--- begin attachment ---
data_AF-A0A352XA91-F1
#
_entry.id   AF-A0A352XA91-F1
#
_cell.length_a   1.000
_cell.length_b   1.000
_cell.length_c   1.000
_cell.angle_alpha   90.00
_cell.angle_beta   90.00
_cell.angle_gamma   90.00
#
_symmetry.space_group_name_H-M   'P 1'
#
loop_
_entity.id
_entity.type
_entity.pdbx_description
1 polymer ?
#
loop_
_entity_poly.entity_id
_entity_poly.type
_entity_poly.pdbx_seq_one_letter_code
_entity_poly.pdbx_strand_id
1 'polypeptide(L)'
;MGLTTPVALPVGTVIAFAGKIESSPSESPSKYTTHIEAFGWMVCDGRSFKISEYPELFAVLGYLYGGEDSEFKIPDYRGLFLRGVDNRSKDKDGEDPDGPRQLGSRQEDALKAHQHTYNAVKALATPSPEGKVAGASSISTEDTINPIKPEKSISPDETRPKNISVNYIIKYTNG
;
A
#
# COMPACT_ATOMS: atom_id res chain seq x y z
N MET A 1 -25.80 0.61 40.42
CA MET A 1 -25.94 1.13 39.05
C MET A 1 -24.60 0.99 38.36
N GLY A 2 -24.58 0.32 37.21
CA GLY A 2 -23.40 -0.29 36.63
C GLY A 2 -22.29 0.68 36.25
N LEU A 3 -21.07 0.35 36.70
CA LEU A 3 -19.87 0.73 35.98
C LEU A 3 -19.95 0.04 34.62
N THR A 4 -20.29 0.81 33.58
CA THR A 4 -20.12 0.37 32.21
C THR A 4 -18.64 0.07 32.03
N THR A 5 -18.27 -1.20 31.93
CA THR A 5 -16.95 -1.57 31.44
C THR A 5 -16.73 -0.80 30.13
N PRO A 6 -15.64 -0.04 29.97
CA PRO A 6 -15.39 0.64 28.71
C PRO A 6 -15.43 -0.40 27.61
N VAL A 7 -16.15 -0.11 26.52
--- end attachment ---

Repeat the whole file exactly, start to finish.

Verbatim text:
data_AF-A0A352XA91-F1
#
_entry.id   AF-A0A352XA91-F1
#
_cell.length_a   1.000
_cell.length_b   1.000
_cell.length_c   1.000
_cell.angle_alpha   90.00
_cell.angle_beta   90.00
_cell.angle_gamma   90.00
#
_symmetry.space_group_name_H-M   'P 1'
#
loop_
_entity.id
_entity.type
_entity.pdbx_description
1 polymer ?
#
loop_
_entity_poly.entity_id
_entity_poly.type
_entity_poly.pdbx_seq_one_letter_code
_entity_poly.pdbx_strand_id
1 'polypeptide(L)'
;MGLTTPVALPVGTVIAFAGKIESSPSESPSKYTTHIEAFGWMVCDGRSFKISEYPELFAVLGYLYGGEDSEFKIPDYRGLFLRGVDNRSKDKDGEDPDGPRQLGSRQEDALKAHQHTYNAVKALATPSPEGKVAGASSISTEDTINPIKPEKSISPDETRPKNISVNYIIKYTNG
;
A
#
# COMPACT_ATOMS: atom_id res chain seq x y z
N MET A 1 -25.80 0.61 40.42
CA MET A 1 -25.94 1.13 39.05
C MET A 1 -24.60 0.99 38.36
N GLY A 2 -24.58 0.32 37.21
CA GLY A 2 -23.40 -0.29 36.63
C GLY A 2 -22.29 0.68 36.25
N LEU A 3 -21.07 0.35 36.70
CA LEU A 3 -19.87 0.73 35.98
C LEU A 3 -19.95 0.04 34.62
N THR A 4 -20.29 0.81 33.58
CA THR A 4 -20.12 0.37 32.21
C THR A 4 -18.64 0.07 32.03
N THR A 5 -18.27 -1.20 31.93
CA THR A 5 -16.95 -1.57 31.44
C THR A 5 -16.73 -0.80 30.13
N PRO A 6 -15.64 -0.04 29.97
CA PRO A 6 -15.39 0.64 28.71
C PRO A 6 -15.43 -0.40 27.61
N VAL A 7 -16.15 -0.11 26.52